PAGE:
WEST DES MOINES, Iowa Endless repetition is the lifeblood of presidential campaigning.
A candidate's stump speech rarely changes, and when it does, that happens only after careful planning, many meetings and polling.
Years ago, I quoted Democratic campaign consultant David Axelrod as saying: "Here is the rule we follow with our clients when the campaign staff and the reporters become physically ill over the repetition of the message, only then have you begun to penetrate the public consciousness."
Which is why it was striking a few days ago when Mitt Romney, a highly disciplined campaigner, made a major departure from his stump speech at a huge Christmas party here for more than 1,000 people.
I transcribed the departure, and here it is, word for word. To set the scene, Romney had just introduced his son Josh to the crowd, Josh had said a few words and now Romney was speaking:
"When I see Josh there, I think back to a story when he was a really young guy. He and Matt, his older brother, found a bird's nest and it had fallen to the ground, and there were little, tiny birds in it.
"They had no feathers, and their eyes were not open, and they brought it into the house they were little guys and we called the Audubon Society and said, 'Is there anything we can do to help these birds, somehow put the nest back in the tree?'
"And she said, 'No, no, if the birds have been taken off the tree and are on the ground and so forth, the mother will not come back to them.' So Ann [Romney's wife] said, 'Can we feed them? Can we keep them alive?'
"And they said, 'Well, no, if the eyes are not open, the prospects of keeping these birds alive are not very good.'"
"And we said, 'Well, what can we do?'
"And she said, 'If you buy a can of dog food, good-quality dog food, and cut the dog food into little strips like worms, you can feed them with a tweezers and maybe see how well you do.
"Well, these guys kept all five birds alive. And they got them a little bigger and a little bigger and it got to the point where they would hop out of the nest and sort of flop around on the floor and so forth and we called Audubon and said, 'We've got them all alive. What do we do now?'
"And they said, 'Well, take them outside and teach them to fly.'
"And so we said, 'How do we do that?'
"And they said, 'You take the bird and lift it up pretty high in the air and then just throw it up in the air and run out ahead.'
"And so Ann and I looked outside the window and Josh and Matt were out there throwing birds in the air and running down the yard flapping their arms! (Laughter) I don't think the flapping arms was necessary. (Laughter) And the birds followed them wherever they would go. And the birds, of course, learned to fly.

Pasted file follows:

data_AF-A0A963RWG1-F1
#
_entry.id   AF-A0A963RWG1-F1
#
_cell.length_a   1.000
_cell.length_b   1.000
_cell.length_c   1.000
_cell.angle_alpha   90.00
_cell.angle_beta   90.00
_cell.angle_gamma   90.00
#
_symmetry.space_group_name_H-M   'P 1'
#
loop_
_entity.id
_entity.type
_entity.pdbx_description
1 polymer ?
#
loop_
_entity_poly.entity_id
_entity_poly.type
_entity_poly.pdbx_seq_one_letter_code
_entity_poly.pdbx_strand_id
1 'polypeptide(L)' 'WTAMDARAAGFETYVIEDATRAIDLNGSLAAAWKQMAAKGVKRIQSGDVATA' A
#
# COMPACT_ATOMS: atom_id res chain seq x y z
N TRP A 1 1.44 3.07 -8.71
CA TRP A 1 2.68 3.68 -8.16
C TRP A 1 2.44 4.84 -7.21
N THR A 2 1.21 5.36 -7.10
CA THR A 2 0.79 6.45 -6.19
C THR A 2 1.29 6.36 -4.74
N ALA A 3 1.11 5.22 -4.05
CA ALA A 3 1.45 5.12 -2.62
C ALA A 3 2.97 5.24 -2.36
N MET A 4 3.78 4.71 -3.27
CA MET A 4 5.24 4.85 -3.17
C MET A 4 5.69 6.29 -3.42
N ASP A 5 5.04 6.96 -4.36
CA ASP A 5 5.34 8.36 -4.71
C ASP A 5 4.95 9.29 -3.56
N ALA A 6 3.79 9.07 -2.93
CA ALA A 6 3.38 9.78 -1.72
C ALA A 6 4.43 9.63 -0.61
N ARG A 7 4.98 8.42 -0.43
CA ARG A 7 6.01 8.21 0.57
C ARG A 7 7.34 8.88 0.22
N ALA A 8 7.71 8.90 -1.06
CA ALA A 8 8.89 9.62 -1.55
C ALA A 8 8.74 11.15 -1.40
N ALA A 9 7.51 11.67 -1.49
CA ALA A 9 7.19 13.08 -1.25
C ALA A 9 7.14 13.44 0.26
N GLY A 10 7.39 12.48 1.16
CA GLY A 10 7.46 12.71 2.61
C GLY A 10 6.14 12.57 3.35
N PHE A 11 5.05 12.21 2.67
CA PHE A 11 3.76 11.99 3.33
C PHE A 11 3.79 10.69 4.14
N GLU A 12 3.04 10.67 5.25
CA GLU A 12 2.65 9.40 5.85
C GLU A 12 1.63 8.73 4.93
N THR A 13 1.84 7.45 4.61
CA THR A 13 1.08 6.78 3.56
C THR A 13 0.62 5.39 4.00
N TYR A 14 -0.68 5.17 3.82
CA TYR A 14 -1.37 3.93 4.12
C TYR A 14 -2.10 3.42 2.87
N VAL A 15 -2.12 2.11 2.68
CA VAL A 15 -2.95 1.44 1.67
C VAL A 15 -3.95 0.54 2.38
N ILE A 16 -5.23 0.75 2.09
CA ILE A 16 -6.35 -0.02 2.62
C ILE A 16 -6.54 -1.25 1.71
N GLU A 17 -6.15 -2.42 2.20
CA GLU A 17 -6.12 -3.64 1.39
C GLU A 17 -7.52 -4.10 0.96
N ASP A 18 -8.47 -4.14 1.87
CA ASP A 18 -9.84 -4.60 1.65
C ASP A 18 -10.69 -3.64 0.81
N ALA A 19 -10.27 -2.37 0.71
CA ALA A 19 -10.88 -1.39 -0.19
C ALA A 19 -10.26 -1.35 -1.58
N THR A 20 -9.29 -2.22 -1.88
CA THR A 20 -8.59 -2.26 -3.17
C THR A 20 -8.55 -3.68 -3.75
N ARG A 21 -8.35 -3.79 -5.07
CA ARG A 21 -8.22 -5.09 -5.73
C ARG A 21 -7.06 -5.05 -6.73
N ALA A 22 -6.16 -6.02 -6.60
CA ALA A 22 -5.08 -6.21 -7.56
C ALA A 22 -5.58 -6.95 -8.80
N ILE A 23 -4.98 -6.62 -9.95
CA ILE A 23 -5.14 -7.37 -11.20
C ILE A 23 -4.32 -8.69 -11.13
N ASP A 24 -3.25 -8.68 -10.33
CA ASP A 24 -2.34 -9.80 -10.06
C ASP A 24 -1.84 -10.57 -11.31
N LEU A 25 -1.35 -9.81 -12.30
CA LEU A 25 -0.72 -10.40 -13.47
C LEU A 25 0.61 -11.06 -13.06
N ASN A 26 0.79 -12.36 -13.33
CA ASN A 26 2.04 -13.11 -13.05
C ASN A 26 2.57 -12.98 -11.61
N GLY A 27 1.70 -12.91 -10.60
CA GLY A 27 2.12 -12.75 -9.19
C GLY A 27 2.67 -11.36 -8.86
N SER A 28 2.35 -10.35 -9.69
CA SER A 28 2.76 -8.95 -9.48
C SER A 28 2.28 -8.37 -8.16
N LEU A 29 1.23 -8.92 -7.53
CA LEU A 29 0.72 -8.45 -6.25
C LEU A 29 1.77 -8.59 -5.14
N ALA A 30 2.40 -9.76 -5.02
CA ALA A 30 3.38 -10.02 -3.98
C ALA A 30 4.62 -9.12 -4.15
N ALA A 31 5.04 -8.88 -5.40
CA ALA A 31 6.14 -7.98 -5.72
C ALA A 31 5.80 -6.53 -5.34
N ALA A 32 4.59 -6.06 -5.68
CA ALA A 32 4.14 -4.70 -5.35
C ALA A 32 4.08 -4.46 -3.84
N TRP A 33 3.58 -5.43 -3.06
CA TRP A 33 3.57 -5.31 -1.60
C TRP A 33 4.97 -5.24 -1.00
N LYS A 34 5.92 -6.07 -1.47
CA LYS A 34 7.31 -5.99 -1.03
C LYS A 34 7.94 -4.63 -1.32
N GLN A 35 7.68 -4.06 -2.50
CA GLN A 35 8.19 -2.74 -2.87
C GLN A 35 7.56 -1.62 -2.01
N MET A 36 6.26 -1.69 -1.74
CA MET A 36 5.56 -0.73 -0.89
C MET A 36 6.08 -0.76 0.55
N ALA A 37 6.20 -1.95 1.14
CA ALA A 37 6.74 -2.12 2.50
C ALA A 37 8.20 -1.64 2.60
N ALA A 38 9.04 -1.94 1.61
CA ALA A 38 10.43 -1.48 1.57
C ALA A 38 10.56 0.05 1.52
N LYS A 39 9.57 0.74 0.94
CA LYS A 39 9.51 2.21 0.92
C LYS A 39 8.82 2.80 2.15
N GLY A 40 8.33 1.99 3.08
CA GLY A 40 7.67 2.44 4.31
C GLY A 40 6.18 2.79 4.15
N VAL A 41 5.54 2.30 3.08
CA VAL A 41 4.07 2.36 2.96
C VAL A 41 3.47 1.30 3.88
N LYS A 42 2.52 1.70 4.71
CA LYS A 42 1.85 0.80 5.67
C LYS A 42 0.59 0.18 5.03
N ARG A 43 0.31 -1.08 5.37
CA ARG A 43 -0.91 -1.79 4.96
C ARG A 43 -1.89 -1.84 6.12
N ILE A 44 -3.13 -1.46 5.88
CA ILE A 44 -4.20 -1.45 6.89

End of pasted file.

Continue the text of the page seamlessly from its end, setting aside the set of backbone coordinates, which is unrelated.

"We kept them outside; they flew all around the yard. And when they came home from school, the birds would fly from across the yard and land on their heads and shoulders. The postman would get a little nervous because it happened to him a couple of times. (Laughter) And these were not gorgeous birds; they are called grackles (laughter) and they were around the house and they would come in the house and finally they became wilder and wilder as time went on, they made their own way.
"But it was interesting to me to see that even a little bird will imprint off a human and will copy a human. They thought that Josh and Matt were the mothers, if you will. The mom and dad. Not sure which was which. (Laughter) But they followed those two. It was interesting to me and my wife to see how much they had become the mothers.
"[When you] think little baby birds will look up to someone else, you can imagine what another human being will do. A parent has an extraordinary impact on their children. I learned that to a certain [extent] in this campaign. I have an 18-month-old grandson who doesn't say bupkis. You know, he says, 'mama,' 'dada' and 'poppa.' That's me, and I am very proud I am the third word, poppa.
"But I have been campaigning with him. I hold him in my left arm and then I shake hands with people and say, 'How do you do? How do you do? How are you? Hi,' and now he goes, when he sees people, he goes up and puts out his hand and he says, "Hi. Hi. Hi. (Laughter)"
"So he is just patterning after his grandpa. It is a very bad sickness. We are going to have to break him of it. (Laughter) It reminded me also, thinking of the Christmas spirit, how we pattern ourselves after one another."
And then Romney continued with his speech. And, yes, you can dismiss this as a silly, meaningless ramble or a calculated attempt for Romney to show his more human and less calculated side.
But I think it was a guy who wanted to tell a family story, found it going a little long, as a lot of family stories do, and then managed to bring it home and make a point and say something about Christmas at a Christmas party.
Besides, the speech was historic for something it revealed: Who knew Romney knew a word like "bupkis"?